What is it about the business of preparing and eating food, that makes it such a hot topic these days? Food porn abounds, from the vicarious pleasures of reading about Jules and Julia, to poring over meticulously arranged images of never to be achieved perfection on your favourite foodie blog or mag. The attraction is undeniable.

We all have to eat, that’s true. But these pages of  vegetable du jour, or the sweetly disheveled ingénue with her cupcake, speak to a different hunger. It’s both aspirational and nostalgic. It’s the hunger for what never quite was, for the country of our childhood, for the elusive taste of security. For comfort. For home. We try to recreate it in every roast chicken, garnished with our own organic windowsill herbs. We browse for it at the local market, where the shape of the bread spells wholesomeness.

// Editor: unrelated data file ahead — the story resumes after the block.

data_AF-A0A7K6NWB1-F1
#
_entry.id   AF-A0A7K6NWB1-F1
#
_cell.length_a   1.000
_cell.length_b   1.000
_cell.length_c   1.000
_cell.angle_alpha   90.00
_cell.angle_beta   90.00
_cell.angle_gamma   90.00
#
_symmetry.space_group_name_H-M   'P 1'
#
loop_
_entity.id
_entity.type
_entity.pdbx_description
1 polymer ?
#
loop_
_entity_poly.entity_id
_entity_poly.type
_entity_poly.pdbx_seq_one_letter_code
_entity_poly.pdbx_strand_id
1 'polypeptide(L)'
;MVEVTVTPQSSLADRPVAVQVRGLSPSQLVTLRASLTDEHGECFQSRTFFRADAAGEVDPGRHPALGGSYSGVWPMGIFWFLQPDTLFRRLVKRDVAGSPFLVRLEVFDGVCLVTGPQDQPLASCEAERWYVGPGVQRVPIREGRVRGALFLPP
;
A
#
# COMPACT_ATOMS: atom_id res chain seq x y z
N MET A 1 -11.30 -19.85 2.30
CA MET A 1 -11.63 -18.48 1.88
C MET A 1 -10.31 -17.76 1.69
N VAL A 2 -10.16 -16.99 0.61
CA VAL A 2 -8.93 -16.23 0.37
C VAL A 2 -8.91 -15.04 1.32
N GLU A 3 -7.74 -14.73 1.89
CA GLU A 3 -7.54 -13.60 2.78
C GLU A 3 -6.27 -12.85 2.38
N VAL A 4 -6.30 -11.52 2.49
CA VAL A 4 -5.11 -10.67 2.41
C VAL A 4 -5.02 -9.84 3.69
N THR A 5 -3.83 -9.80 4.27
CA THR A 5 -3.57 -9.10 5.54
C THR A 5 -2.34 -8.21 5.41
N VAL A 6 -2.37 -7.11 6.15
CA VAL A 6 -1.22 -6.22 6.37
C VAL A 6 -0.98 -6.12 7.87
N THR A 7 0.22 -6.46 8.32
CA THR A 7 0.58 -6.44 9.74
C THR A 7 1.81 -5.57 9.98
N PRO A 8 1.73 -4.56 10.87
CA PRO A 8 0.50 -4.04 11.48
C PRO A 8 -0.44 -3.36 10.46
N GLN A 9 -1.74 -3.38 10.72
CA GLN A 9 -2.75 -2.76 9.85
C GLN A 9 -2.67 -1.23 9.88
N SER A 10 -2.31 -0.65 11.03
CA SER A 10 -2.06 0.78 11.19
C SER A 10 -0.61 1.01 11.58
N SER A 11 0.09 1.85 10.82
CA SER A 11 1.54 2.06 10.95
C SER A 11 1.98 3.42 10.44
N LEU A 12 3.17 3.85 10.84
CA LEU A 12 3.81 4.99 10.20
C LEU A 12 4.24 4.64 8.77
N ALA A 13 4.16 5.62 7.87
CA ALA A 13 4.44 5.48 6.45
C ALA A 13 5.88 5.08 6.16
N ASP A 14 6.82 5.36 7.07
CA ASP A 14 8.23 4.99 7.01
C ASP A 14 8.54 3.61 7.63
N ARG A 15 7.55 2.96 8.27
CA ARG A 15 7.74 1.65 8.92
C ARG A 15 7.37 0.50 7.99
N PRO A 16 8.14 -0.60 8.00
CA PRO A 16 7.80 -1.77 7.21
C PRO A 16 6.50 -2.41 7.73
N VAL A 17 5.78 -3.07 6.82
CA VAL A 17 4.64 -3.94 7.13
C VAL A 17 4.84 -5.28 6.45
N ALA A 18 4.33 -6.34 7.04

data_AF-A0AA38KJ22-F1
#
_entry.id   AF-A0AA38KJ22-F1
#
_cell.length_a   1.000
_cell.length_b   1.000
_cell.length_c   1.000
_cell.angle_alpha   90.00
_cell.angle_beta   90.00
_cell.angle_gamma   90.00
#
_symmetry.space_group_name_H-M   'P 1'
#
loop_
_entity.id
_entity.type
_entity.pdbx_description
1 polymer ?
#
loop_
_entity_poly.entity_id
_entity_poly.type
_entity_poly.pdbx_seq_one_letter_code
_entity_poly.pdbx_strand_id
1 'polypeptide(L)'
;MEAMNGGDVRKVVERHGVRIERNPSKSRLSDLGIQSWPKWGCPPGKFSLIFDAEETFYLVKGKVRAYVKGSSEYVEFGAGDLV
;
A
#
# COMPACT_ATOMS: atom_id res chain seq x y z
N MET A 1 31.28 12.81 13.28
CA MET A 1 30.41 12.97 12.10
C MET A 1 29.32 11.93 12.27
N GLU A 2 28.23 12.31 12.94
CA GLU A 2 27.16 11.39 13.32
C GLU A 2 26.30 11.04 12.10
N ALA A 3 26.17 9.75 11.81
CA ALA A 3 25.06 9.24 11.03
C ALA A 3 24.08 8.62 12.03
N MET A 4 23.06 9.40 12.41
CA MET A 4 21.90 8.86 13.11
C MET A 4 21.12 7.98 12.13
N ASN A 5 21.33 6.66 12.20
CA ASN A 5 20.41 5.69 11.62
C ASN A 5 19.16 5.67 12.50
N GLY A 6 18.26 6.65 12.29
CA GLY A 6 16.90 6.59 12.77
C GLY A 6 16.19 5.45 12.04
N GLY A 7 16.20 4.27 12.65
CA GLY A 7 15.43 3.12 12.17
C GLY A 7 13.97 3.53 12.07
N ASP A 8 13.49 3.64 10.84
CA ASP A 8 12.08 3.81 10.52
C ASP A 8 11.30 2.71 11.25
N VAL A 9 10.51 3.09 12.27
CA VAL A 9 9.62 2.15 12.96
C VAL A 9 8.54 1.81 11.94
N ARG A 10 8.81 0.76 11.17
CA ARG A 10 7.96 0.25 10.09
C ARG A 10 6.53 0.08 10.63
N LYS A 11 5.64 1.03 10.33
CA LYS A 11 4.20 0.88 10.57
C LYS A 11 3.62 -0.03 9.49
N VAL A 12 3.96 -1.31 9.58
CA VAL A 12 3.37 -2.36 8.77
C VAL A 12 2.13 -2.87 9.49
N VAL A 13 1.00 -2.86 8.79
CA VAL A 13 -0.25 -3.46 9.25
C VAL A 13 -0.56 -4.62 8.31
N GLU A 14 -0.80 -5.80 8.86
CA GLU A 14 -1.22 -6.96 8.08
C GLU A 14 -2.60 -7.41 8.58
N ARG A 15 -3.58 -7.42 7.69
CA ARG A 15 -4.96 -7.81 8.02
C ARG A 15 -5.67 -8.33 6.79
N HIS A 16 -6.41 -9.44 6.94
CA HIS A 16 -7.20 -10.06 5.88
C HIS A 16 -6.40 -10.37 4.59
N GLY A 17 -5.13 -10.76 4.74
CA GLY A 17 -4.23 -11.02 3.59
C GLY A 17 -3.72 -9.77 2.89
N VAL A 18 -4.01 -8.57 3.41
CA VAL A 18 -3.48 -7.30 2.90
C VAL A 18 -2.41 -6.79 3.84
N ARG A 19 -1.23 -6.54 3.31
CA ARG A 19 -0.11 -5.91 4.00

Of course the point of it all, and the machine that drives the industry, is that like Daisy’s light, it is always receding, always just out of reach. The future and the past cast a ring of shadow around the present. That’s not to say that sometimes –  when the wind blows just right –  you won’t take a bite of oven-fresh bread, and close your eyes, and swear that you can feel the heat from the old yellow Aga, right here on your face again.